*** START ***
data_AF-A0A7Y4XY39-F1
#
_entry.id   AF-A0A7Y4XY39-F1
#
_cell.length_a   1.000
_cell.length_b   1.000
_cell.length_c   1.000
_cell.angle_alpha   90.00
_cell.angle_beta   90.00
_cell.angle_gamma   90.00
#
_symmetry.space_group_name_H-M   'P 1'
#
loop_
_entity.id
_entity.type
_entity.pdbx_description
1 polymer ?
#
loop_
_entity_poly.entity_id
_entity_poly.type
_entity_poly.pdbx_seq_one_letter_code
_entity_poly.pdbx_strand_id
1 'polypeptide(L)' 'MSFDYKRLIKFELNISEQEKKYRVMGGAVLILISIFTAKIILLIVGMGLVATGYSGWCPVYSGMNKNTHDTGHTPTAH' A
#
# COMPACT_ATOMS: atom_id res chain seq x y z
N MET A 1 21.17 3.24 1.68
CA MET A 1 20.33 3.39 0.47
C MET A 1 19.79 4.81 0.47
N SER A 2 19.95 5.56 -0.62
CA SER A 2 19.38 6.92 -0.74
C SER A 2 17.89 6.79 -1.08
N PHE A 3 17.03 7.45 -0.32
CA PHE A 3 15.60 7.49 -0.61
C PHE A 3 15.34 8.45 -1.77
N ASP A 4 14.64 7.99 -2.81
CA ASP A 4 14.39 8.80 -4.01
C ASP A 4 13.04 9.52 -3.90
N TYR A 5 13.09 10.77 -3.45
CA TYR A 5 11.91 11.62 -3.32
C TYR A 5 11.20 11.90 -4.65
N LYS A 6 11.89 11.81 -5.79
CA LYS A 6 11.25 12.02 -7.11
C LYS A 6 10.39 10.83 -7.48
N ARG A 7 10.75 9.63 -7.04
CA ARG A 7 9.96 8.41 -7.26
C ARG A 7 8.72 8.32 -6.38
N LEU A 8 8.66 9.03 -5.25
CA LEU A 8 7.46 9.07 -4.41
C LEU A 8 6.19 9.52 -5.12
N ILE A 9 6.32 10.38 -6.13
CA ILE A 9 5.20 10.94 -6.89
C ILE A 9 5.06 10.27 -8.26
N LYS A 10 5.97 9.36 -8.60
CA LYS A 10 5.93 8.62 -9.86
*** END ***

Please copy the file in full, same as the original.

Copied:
data_AF-A0A7Y4XY39-F1
#
_entry.id   AF-A0A7Y4XY39-F1
#
_cell.length_a   1.000
_cell.length_b   1.000
_cell.length_c   1.000
_cell.angle_alpha   90.00
_cell.angle_beta   90.00
_cell.angle_gamma   90.00
#
_symmetry.space_group_name_H-M   'P 1'
#
loop_
_entity.id
_entity.type
_entity.pdbx_description
1 polymer ?
#
loop_
_entity_poly.entity_id
_entity_poly.type
_entity_poly.pdbx_seq_one_letter_code
_entity_poly.pdbx_strand_id
1 'polypeptide(L)' 'MSFDYKRLIKFELNISEQEKKYRVMGGAVLILISIFTAKIILLIVGMGLVATGYSGWCPVYSGMNKNTHDTGHTPTAH' A
#
# COMPACT_ATOMS: atom_id res chain seq x y z
N MET A 1 21.17 3.24 1.68
CA MET A 1 20.33 3.39 0.47
C MET A 1 19.79 4.81 0.47
N SER A 2 19.95 5.56 -0.62
CA SER A 2 19.38 6.92 -0.74
C SER A 2 17.89 6.79 -1.08
N PHE A 3 17.03 7.45 -0.32
CA PHE A 3 15.60 7.49 -0.61
C PHE A 3 15.34 8.45 -1.77
N ASP A 4 14.64 7.99 -2.81
CA ASP A 4 14.39 8.80 -4.01
C ASP A 4 13.04 9.52 -3.90
N TYR A 5 13.09 10.77 -3.45
CA TYR A 5 11.91 11.62 -3.32
C TYR A 5 11.20 11.90 -4.65
N LYS A 6 11.89 11.81 -5.79
CA LYS A 6 11.25 12.02 -7.11
C LYS A 6 10.39 10.83 -7.48
N ARG A 7 10.75 9.63 -7.04
CA ARG A 7 9.96 8.41 -7.26
C ARG A 7 8.72 8.32 -6.38
N LEU A 8 8.66 9.03 -5.25
CA LEU A 8 7.46 9.07 -4.41
C LEU A 8 6.19 9.52 -5.12
N ILE A 9 6.32 10.38 -6.13
CA ILE A 9 5.20 10.94 -6.89
C ILE A 9 5.06 10.27 -8.26
N LYS A 10 5.97 9.36 -8.60
CA LYS A 10 5.93 8.62 -9.86